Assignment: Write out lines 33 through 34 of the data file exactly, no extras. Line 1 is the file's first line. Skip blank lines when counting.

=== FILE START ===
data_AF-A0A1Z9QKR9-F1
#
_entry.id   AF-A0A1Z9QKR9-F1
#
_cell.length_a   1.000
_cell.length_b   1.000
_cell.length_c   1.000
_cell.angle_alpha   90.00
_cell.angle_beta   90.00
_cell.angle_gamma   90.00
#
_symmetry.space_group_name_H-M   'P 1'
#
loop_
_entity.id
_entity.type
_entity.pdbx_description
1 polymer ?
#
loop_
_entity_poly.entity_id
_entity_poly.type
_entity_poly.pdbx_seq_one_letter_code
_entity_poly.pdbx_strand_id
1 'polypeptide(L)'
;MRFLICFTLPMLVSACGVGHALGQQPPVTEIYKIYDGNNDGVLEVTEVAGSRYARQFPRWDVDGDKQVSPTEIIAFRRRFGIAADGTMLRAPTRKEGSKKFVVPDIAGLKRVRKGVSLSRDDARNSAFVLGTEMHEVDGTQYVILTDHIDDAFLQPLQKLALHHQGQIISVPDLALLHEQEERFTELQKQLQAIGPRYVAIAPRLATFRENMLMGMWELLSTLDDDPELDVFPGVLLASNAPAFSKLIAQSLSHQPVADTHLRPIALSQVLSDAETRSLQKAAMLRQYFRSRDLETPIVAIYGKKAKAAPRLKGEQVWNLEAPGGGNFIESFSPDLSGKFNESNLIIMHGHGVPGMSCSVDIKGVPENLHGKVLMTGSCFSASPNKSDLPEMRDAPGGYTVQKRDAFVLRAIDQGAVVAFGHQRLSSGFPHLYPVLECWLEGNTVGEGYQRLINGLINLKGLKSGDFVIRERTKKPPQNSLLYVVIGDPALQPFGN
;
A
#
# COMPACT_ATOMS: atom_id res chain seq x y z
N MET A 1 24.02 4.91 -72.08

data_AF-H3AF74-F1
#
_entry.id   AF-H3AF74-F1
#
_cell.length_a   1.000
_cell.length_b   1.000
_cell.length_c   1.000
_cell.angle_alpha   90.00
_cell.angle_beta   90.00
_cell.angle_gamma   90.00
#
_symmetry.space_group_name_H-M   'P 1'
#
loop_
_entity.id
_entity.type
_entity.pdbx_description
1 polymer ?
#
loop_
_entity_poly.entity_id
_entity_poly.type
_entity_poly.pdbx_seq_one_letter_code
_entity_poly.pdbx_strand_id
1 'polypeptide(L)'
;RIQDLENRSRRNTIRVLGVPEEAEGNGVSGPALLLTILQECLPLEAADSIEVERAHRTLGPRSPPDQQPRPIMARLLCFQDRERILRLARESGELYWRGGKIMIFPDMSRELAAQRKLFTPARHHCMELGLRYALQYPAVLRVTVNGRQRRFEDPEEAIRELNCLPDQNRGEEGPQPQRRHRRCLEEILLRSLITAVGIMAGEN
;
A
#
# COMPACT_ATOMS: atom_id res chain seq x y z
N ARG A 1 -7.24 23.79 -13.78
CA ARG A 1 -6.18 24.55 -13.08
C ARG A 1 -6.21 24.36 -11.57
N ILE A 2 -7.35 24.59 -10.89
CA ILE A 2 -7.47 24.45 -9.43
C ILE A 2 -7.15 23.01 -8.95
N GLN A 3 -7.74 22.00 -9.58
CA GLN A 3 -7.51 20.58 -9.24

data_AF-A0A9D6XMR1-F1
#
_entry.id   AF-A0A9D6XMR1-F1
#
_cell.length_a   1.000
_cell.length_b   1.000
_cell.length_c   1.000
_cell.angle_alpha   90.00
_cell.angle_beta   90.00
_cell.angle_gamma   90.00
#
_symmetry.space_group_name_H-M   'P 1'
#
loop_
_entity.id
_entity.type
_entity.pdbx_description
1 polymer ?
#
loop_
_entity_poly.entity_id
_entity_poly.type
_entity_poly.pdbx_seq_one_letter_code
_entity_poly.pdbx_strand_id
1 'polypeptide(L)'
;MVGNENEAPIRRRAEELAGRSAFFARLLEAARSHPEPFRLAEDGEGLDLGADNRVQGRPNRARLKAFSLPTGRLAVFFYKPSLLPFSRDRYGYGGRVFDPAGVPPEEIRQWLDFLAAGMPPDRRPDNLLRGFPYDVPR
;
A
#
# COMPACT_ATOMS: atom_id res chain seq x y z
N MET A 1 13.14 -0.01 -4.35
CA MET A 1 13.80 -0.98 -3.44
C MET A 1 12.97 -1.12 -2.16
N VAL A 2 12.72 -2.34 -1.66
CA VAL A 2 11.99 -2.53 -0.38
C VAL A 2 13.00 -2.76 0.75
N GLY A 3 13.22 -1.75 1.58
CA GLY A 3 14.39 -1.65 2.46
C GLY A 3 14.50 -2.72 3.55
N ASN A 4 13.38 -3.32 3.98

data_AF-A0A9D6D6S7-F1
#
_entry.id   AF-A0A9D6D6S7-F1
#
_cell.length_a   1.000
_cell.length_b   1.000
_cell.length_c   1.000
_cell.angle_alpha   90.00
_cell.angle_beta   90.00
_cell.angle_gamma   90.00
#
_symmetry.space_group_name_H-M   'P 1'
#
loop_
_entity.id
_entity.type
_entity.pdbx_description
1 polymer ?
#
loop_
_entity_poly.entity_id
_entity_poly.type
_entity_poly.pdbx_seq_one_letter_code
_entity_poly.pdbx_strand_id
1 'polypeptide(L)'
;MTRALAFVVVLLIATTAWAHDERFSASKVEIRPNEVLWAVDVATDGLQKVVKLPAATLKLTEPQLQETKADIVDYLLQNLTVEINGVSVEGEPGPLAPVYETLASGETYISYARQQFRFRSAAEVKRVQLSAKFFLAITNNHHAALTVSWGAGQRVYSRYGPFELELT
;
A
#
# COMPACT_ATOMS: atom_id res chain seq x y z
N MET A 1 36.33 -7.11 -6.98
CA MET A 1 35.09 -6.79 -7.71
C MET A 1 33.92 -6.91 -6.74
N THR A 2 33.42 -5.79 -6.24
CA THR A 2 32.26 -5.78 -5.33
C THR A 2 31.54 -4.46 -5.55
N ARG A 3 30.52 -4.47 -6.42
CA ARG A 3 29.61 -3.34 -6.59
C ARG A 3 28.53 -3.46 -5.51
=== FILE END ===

#
_entry.id   AF-H3AF74-F1